Narendra Ghosh and Paul Smith have submitted an amicus brief on behalf of the North Carolina Advocates for Justice in The Royal Oak Concerned Citizens Association et. al. v. Brunswick County. The Plaintiffs are represented in part by the UNC Center for Civil Rights.
The Plaintiffs advocate the interests of the residents of Royal Oak, a historically African American community in majority-white Brunswick County. Plaintiffs allege in part that Brunswick County has engaged in a pattern and practice of discrimination against their community because of its racial composition. Royal Oak has long been denied sewer and water access and has disproportionately born the burden of the county's undesirable land uses, including the longstanding operation of a landfill and the relocation of an animal shelter to the community from a predominantly white neighborhood. Brunswick County recently voted to rezone two properties within the community for industrial use, with express intent to expand the existing landfill. As a result of Brunswick County's actions, the Plaintiffs allege that the value of the Royal Oak residents' land has declined, that residents have been forced to undertake great expense to secure drinkable water, and that some homes have been rendered uninhabitable. Plaintiffs sued the county on a number of grounds. On September 7, 2012, the trial court denied the majority of Brunswick County's motion to dismiss. The County appealed this order.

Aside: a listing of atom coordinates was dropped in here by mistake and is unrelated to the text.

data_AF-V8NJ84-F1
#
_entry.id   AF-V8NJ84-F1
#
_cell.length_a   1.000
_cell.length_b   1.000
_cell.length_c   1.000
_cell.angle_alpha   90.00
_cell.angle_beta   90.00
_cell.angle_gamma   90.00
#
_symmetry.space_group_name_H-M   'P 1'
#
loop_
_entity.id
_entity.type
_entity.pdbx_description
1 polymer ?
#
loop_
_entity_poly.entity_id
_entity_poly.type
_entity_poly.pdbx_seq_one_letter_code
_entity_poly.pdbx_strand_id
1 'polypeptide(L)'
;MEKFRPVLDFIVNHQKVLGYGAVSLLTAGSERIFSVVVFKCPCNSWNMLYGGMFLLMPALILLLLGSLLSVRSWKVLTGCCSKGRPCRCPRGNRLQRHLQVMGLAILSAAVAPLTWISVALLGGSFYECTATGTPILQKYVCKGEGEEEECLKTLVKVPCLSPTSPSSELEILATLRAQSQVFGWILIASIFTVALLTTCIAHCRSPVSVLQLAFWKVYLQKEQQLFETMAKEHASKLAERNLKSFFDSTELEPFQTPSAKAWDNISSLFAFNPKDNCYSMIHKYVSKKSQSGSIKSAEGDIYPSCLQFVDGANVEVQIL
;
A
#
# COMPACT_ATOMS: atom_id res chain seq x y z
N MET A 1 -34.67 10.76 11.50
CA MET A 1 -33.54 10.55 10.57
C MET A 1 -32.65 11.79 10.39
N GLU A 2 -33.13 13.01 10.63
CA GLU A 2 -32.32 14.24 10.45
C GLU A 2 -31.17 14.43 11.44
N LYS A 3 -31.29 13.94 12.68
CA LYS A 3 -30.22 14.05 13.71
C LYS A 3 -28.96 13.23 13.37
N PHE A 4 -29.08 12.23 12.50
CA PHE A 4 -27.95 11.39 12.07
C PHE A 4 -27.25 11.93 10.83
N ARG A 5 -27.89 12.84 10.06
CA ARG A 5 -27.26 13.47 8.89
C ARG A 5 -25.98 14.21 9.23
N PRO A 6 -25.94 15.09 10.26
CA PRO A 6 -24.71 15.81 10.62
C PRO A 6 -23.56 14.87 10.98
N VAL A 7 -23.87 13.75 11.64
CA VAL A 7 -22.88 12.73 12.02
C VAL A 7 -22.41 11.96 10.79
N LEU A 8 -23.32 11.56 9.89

Narendra and Paul's brief addressed the viability of the Plaintiffs' claims under the North Carolina Fair Housing Act, which in part prohibits local governments from making land use decisions that have the intent or effect of discriminating against residents on the basis of their race. Defendant argued that Plaintiffs' claims under the Act were not viable because they had not first elected to pursue administrative relief, and because the County had yet to obtain a final permit for the landfill expansion. The amicus brief discusses the extent to which imposing an administrative exhaustion requirement on claims under the North Carolina Fair Housing Act would defeat the rights the Act seeks to create. It also argues that it would be appropriate for the court to enjoin the expansion of the landfill at this time and that, regardless, the justiciability of the entire controversy does not turn on the availability of that one form of relief.
For more information, see this news report discussing the controversy and this op-ed from the News & Observer.